However, these powerful radio-loud AGNs are too rare in the cosmos to pass the Ding, Globus and Farrar test: They couldn’t possibly be tracers for the large-scale structure. In fact, within our cosmic neighborhood, there are almost none. “They’re nice sources but not in our backyard,” Rieger said.
Less powerful radio-loud AGNs are much more common and could potentially resemble the continuous model. Centaurus A, for instance, the nearest radio-loud AGN, sits right at the Auger Observatory’s most prominent hot spot. (So does a starburst galaxy.)
For a long time Rieger and other specialists seriously struggled to get low-power AGNs to accelerate protons to Oh-My-God-particle levels. But a recent finding has brought them “back in the game,” he said.
Astrophysicists have long known that about 90 percent of all cosmic rays are protons (that is, hydrogen nuclei); another 9 percent are helium nuclei. The rays can be heavier nuclei such as oxygen or even iron, but experts long assumed that these would get ripped apart by the violent processes needed to accelerate ultrahigh-energy cosmic rays.
Then, in surprising findings in the early 2010s, Auger Observatory scientists inferred from the shapes of the air showers that ultrahigh-energy rays are mostly middleweight nuclei, such as carbon, nitrogen and silicon. These nuclei will achieve the same energy as protons while traveling at lower speeds. And that, in turn, makes it easier to imagine how any of the candidate cosmic accelerators might work.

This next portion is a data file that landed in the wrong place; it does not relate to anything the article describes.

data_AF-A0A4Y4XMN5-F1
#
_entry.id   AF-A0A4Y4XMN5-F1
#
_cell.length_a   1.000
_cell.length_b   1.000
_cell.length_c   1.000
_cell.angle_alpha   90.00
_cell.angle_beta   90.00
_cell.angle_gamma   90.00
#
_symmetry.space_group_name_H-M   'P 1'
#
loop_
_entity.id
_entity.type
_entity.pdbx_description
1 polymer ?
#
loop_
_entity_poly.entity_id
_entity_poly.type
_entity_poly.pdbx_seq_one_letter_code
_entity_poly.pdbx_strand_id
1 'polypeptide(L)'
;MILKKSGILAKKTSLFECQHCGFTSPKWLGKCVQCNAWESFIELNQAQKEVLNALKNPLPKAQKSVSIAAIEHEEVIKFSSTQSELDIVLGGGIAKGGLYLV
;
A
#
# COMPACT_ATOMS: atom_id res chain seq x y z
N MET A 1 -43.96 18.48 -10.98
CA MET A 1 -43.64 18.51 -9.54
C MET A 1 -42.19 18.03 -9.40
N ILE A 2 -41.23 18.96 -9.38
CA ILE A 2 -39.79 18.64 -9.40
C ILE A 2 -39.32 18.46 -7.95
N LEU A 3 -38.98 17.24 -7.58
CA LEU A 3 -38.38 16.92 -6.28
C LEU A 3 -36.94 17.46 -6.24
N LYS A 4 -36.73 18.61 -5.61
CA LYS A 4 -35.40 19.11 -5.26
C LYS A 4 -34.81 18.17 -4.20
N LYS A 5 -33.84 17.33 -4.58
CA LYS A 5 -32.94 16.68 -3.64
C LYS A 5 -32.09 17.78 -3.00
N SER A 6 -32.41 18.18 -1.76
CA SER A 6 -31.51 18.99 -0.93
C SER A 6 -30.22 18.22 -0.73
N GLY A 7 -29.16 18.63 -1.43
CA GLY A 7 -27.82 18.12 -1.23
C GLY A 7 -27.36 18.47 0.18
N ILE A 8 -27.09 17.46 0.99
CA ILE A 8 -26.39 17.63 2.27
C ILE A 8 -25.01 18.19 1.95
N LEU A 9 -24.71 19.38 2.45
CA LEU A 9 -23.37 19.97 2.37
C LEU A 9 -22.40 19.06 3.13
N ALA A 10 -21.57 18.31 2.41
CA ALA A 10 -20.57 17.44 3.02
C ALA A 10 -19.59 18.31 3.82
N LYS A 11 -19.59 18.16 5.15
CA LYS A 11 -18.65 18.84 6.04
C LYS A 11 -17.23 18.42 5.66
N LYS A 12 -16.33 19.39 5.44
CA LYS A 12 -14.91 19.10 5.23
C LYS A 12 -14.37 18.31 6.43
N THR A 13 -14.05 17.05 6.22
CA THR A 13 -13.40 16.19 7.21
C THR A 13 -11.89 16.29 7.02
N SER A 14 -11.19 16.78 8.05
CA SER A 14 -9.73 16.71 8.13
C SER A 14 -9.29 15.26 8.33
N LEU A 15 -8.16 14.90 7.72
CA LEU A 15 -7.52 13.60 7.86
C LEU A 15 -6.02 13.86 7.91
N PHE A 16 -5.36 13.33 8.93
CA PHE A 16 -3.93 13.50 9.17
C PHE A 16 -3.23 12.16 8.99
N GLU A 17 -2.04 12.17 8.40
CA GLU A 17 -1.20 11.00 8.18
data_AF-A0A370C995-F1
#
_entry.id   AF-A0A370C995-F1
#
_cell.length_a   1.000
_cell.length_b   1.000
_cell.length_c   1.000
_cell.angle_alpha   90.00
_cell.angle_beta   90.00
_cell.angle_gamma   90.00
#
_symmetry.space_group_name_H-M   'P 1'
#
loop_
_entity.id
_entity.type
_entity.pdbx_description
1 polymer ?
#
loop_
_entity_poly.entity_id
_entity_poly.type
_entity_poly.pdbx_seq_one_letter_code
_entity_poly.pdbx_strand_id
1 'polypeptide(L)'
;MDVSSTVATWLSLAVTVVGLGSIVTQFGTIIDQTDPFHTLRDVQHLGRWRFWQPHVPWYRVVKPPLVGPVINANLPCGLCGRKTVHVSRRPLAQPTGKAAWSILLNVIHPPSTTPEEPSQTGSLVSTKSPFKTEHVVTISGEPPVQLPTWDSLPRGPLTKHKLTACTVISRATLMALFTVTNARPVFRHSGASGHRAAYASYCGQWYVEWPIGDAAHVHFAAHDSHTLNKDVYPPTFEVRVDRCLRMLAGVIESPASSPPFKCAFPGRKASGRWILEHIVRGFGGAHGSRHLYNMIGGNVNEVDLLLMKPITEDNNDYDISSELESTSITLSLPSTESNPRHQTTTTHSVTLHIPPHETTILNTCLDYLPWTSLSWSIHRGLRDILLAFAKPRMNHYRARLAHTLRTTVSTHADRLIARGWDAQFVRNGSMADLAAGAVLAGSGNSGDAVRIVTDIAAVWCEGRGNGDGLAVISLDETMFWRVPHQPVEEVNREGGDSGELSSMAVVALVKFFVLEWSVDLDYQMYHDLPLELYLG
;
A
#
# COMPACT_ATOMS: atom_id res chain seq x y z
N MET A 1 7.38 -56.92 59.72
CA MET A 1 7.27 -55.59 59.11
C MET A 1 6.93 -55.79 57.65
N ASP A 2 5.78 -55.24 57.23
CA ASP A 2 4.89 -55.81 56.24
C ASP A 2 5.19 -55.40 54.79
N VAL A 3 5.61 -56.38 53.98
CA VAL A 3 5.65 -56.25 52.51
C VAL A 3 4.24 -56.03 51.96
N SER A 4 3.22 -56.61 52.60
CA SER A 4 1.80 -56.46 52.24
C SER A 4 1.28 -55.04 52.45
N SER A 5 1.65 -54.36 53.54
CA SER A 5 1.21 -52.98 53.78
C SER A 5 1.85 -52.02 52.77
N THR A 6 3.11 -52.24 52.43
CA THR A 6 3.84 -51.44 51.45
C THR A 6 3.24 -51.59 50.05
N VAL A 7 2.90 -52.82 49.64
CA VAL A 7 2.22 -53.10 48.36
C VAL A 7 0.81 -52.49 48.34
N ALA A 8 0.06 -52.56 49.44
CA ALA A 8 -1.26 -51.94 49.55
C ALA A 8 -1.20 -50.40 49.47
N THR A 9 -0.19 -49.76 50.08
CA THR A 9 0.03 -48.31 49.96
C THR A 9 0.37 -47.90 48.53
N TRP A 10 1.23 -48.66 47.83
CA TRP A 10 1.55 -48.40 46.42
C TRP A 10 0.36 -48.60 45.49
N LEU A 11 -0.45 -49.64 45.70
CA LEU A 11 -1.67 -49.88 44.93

For example, Rieger has identified a mechanism that would allow low-power AGNs to accelerate heavier cosmic rays to ultrahigh energies: A particle could drift from side to side in an AGN’s jet, getting kicked each time it reenters the fastest part of the flow. “In that case they find they can do that with the low-power radio sources,” Rieger said. “Those would be much more in our backyard.”
Another paper explored whether tidal disruption events would naturally produce middleweight nuclei. “The answer is that it could happen if the stars that are disrupted are white dwarfs,” said Cecilia Lunardini, an astrophysicist at Arizona State University who co-authored the paper. “White dwarfs have this sort of composition—carbon, nitrogen.” Of course, TDEs can happen to any “unfortunate star,” Lunardini said. “But there are lots of white dwarfs, so I don’t see this as something very contrived.”
Researchers continue to explore the implications of the highest-energy cosmic rays being on the heavy side. But they can agree that it makes the problem of how to accelerate them easier. “The heavy composition towards higher energy relaxes things much more,” Rieger said.
As the short list of candidate accelerators crystallizes, the search for the right answer will continue to be led by new observations. Everyone is excited for AugerPrime, an upgraded observatory; starting later this year, it will identify the composition of each individual cosmic ray event, rather than estimating the overall composition. That way, researchers can isolate the protons, which deflect the least on their way to Earth, and look back at their arrival directions to identify individual sources. (These sources would presumably produce the heavier nuclei as well.)
Many experts suspect that a mix of sources might contribute to the ultrahigh-energy cosmic-ray spectrum. But they generally expect one source type to dominate, and only one to reach the extreme end of the spectrum. “My money is on that it’s only one,” said Unger.